Foreknowledge vs. Foreordination. The word "predestinate" is the same as "foreordain." Volumes of speculation have been written about these terms, but a few words are sufficient to set forth the facts. With respect to these, as well as the other attributes of God, it is sufficient for us to know the fact. With the explanation we have nothing to do.
It is plainly set forth in the Scriptures that God knows all things. Not only does he know the things that are past,Â but he sees the future as well. "Known unto God are all his works from the beginning of the world." Acts 15:18.Â "O Lord, thou hast searched me, and known me. Thou knowest my downsitting and mine uprising; thou understandest my thought afar off." Ps. 139:1, 2. Thus God can tell what people even yet unborn will do and say.
This does not make God responsible for the evil that they do. Some have foolishly thought it necessary to apologise for the Lord and to relieve him of the charge that if he is omniscient he is responsible for the evil if he does not prevent it, by saying that he could know if he wished, but that he chooses not to know many things.Â Such a "defence" of God is both foolish and wicked. It assumes that God would be responsible for the evil if he knew it beforehand and did not prevent it, and that in order not to be in a position to prevent it, he deliberately shuts his eyes from it. Thus their "defence" really puts the responsibility for all evil upon God. Not only so, but it limits him. It makes him like a man.
God knows all things, not by study and research as man learns the little he knows, but because he is God. He inhabits eternity. Isa. 57:15. We can not understand how this can be any more than we can understand eternity.Â We must accept the fact and be not only content, but glad, that God is greater than we. All time, past, present,Â and future, is the same to him. It is always "now" with God.
The fact that God knew the evil that men would do, even before the foundation of the world, does not make him responsible for it, any more than the fact that a man can see by means of a telescope what a man is doing ten miles distant makes him responsible for that other one's actions. God has from the beginning set before people warnings against sin, and has provided them with all the necessary means for avoiding it; but he can not interfere with man's right and freedom of choice without depriving him of his manhood and making him the same as a stick.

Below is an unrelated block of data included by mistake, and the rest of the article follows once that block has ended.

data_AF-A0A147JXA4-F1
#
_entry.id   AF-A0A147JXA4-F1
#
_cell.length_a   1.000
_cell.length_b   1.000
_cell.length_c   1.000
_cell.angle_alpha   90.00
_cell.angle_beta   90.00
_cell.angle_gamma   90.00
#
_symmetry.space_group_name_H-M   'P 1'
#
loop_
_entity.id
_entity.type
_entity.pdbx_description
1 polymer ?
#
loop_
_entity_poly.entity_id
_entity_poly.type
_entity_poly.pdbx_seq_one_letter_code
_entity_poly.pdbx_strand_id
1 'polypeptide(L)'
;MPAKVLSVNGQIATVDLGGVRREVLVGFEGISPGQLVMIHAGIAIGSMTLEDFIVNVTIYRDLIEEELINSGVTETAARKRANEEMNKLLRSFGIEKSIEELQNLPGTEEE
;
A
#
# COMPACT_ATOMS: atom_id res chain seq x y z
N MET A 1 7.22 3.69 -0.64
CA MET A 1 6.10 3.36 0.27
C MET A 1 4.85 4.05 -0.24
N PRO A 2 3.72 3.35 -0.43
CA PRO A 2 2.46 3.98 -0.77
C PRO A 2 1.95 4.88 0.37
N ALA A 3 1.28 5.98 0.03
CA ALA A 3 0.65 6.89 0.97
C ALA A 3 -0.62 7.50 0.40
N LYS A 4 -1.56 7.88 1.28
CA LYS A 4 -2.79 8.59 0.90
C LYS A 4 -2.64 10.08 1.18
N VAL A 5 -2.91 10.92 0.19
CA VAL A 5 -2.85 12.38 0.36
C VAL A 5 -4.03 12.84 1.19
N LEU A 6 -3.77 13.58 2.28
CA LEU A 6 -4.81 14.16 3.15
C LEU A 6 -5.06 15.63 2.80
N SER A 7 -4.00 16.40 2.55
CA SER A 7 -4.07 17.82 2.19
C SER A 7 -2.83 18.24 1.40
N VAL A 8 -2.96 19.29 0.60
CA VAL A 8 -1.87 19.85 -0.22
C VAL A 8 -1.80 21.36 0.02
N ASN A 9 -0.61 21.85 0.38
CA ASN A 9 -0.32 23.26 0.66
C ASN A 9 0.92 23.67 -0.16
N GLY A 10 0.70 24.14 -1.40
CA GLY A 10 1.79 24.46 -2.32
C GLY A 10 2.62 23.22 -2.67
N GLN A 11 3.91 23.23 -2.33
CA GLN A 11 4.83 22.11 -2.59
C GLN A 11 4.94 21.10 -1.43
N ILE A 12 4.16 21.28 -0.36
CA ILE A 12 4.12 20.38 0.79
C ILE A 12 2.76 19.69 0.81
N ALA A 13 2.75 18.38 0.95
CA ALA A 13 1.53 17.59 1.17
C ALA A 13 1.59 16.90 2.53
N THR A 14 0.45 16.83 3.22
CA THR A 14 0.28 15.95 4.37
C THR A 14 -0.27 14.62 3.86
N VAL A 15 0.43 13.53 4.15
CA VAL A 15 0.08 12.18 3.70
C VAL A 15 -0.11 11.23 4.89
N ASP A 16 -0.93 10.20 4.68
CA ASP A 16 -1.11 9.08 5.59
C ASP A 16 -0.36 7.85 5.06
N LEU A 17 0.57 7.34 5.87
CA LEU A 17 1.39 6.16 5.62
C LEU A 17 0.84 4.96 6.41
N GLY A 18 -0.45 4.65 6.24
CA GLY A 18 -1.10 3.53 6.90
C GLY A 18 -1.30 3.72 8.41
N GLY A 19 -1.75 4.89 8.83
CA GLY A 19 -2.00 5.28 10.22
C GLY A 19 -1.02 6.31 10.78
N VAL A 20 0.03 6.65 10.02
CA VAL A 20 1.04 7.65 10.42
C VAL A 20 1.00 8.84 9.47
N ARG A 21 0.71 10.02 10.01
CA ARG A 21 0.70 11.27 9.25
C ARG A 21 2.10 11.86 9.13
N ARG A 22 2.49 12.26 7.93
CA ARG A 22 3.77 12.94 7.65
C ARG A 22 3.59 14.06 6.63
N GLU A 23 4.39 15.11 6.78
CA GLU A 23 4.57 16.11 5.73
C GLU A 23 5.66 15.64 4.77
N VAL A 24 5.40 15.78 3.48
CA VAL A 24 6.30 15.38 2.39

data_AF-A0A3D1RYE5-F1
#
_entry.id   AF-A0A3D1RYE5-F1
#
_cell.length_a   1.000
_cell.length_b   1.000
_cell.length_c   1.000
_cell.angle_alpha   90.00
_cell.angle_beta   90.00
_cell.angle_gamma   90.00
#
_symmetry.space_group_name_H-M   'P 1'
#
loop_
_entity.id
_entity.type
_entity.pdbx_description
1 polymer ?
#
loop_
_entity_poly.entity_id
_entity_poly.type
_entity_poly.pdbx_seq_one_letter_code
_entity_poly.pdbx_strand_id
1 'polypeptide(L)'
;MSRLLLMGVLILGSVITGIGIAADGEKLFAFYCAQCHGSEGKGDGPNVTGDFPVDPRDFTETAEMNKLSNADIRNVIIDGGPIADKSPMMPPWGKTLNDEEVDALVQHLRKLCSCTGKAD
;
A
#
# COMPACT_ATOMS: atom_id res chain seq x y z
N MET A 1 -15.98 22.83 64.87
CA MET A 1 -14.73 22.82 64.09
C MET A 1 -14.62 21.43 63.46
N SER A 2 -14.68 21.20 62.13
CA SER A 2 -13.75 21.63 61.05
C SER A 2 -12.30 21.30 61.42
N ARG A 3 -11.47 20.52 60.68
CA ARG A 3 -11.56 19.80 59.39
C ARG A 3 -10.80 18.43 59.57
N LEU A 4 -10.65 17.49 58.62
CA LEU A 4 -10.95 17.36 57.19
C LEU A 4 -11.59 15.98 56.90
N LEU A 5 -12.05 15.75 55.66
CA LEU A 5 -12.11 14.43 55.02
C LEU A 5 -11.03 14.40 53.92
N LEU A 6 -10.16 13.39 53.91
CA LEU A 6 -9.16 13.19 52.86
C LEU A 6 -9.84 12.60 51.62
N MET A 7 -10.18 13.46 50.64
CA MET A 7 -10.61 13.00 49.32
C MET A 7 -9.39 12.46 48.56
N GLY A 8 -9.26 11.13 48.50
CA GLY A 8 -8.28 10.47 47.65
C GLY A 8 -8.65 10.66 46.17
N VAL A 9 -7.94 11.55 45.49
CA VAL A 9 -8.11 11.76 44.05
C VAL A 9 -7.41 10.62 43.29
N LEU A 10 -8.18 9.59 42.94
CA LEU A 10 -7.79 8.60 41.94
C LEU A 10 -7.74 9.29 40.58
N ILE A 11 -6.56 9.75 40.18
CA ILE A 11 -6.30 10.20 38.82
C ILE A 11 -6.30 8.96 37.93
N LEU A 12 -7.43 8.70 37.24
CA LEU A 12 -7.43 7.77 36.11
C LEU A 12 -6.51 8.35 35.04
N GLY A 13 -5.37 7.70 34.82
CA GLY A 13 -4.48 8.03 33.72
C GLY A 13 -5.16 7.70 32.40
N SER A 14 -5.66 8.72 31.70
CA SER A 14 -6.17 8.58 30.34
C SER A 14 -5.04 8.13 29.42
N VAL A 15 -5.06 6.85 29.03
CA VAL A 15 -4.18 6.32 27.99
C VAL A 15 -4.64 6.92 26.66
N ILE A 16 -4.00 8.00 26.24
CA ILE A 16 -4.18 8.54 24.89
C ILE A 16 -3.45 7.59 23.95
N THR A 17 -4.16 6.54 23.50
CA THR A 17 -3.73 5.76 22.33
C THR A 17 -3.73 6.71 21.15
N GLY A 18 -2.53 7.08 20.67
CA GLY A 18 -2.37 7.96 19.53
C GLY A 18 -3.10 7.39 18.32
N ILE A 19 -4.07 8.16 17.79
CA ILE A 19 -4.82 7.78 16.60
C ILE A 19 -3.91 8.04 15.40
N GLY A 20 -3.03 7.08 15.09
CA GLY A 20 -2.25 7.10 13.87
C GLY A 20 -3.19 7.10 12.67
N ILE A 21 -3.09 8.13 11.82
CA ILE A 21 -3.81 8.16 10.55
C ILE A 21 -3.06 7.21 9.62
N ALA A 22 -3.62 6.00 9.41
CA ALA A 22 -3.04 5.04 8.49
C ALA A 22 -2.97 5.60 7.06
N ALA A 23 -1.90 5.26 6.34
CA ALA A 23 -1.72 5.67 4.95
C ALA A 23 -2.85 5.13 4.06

Freedom to do right implies freedom to do wrong. If a man were made so that he could not do wrong, he would have no freedom at all, not even to do right. He would be less than the brutes. There is no virtue in forced obedience, nor would there be any virtue in doing that which is right if it were impossible to do wrong.Â Moreover, there could be no pleasure or satisfaction in the professed friendship of two persons if one associated with the other just because he could not avoid it. The joy of the Lord in the companionship of his people is that they of their own free-will choose him above all others. And that which is the joy of the Lord is the joy of his people.
The very ones who rail against God for not preventing the ills that he foresees since he is all-powerful, would be the very first to charge him with cruelty if he did arbitrarily interfere with their freedom and make them do that which they do not choose. Such a course would make everybody unhappy and discontented. The wisest thing for us to do is to stop trying to fathom the ways of the Almighty, and accept the fact that whatever he does is right. "As for God, his way is perfect." Ps. 18:30.
What About Predestination? The text shows that "whom he did foreknow, he also did predestinate to be conformed to the image of his Son, that he might be the first-born among many brethren." God's thoughts toward men are thoughts of peace, and not of evil. Jer. 29:11. He ordains peace for us. Isa. 26:12. We read nothing about men being foreordained to destruction; the only thing that God has predestinated is that men should be conformed to the image of his Son.
But it is only in Christ that we become conformed to his image. It is in Him that we come "unto the measure of the stature of the fullness of Christ." Eph. 4:13. Therefore it is that men are foreordained or predestinated only in Christ. The whole story is told in the following passage of Scripture:
"Blessed be the God and Father of our Lord Jesus Christ, who hath blessed us with all spiritual blessings in heavenly places in Christ; according as he hath chosen us in him before the foundation of the world, that we should be holy and without blame before him in love; having predestinated us unto the adoption of children by Jesus Christ to himself, according to the good-pleasure of his will, to the praise of the glory of his grace, wherein he hath made us accepted in the beloved."